Pregnant Women, Kids and Skin Cancer

by Kevin Berman, M.D. Health Professional

Hi everyone.
Today I want to talk about new or changing moles in kids and pregnant women as these two groups tend to have moles of concern that bring them into the dermatologist's office.
Overall, dermatologists prefer not to perform procedures on kids or pregnant women but we also do not want to miss a skin cancer on anyone

As any women who has been pregnant knows, many things about the body change during pregnancy, including the skin.
While there are specific rashes associated with pregnancy, new growths can appear and existing moles can change shape and size as the pregnancy progresses and hormone levels fluctuate.
In many cases, existing moles will become darker and larger, which of course causes concern.
In the majority of cases, this is normal, especially if multiple moles change or many new growths occur in a short time period.
However, melanoma and other skin cancers can appear in pregnant women just as commonly as in non-pregnant women.
For this reason, it is important to have any new or changing mole evaluated while pregnant.

Many women will develop "skin tags", which are fleshy, usually small pieces of what appears to be "extra skin".

These small tags have a tendency to occur in areas where skin rubs against skin, such as in the underarm area or under the breasts.

While these lesions are annoying and can bleed when traumatized, they are benign.
At times, they become necrotic and appear black and can look like a skin cancer, but they are still benign at that point.

If a skin cancer is discovered in a pregnant woman, surgery remains a viable option to excise the lesion.
If the unfortunate circumstance of an advanced melanoma in a pregnant woman is discovered, then the oncologist would discuss medical treatments and the potential effects on the unborn baby.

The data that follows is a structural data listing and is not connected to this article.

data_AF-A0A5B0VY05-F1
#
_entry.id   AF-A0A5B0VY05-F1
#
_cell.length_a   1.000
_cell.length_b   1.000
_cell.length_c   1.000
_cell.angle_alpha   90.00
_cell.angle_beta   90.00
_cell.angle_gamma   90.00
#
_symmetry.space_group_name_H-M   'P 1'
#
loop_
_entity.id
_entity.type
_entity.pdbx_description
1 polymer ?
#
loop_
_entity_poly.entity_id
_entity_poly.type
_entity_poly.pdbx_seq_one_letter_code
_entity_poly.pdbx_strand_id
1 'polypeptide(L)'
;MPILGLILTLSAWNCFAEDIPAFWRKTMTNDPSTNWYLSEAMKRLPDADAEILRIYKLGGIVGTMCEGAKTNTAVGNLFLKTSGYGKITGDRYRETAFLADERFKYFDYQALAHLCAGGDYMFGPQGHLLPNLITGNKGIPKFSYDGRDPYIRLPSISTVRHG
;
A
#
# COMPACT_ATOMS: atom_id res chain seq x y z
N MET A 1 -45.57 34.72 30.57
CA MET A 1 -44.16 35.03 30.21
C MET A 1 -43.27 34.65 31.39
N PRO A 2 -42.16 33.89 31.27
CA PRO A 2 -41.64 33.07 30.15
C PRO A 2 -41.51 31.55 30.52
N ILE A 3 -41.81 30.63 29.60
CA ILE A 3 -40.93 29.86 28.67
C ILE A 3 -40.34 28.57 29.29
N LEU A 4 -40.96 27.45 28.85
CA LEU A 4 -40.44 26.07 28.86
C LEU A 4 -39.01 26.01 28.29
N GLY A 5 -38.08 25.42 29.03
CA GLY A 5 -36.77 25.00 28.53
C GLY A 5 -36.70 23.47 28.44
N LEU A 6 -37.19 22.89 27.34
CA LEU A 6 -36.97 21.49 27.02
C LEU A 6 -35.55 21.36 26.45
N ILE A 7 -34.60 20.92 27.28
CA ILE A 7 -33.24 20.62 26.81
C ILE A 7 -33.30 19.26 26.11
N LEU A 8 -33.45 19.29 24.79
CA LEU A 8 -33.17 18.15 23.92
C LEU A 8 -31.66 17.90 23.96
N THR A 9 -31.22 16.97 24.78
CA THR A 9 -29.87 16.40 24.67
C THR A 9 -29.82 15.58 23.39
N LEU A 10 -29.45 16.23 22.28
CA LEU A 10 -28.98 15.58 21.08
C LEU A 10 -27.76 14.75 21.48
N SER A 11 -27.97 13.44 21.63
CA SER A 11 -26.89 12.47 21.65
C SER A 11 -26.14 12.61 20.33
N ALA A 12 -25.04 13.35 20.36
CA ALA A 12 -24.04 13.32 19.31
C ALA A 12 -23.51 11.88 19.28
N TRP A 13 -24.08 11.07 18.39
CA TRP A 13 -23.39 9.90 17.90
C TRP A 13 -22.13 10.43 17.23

Thankfully, this is a rare occurrence.

Growing kids also present an interesting challenge for the dermatologist as they will often develop new and growing moles, especially during the teenage years.
The difficult question to answer is the following: is the mole growing and changing because the child is growing and changing, or is the mole growing and changing independent of the child's growth?
This is a difficult question to answer at times.
Most importantly, all the moles should be considered and compared.

If many moles appear to be simply growing with the child, then monitoring these moles on a yearly basis may be appropriate.

However, if one or several moles appear to be growing or changing at a much more rapid rate than the rest of the moles, then these should be biopsied to make sure they are not abnormal.
The usual signs of change in shape, size and color continue to apply.

Because pregnant women and kids both have growing and changing bodies, it is important to monitor all moles and new growths with monthly self skin exams.
Consult with your local dermatologist if there is any concern that a lesion is growing or changing.
Fortunately, the vast majority of skin growths are not cancerous but always be cautious and have these growths evaluated.

Kevin Berman, M.D.
Meet Our Writer
Kevin Berman, M.D.

Kevin Berman is a dermatologist in Roswell, Georgia and is affiliated with multiple hospitals in the area, including North Fulton Regional Hospital and Northside Hospital. He wrote for HealthCentral as a health professional for Skin Cancer.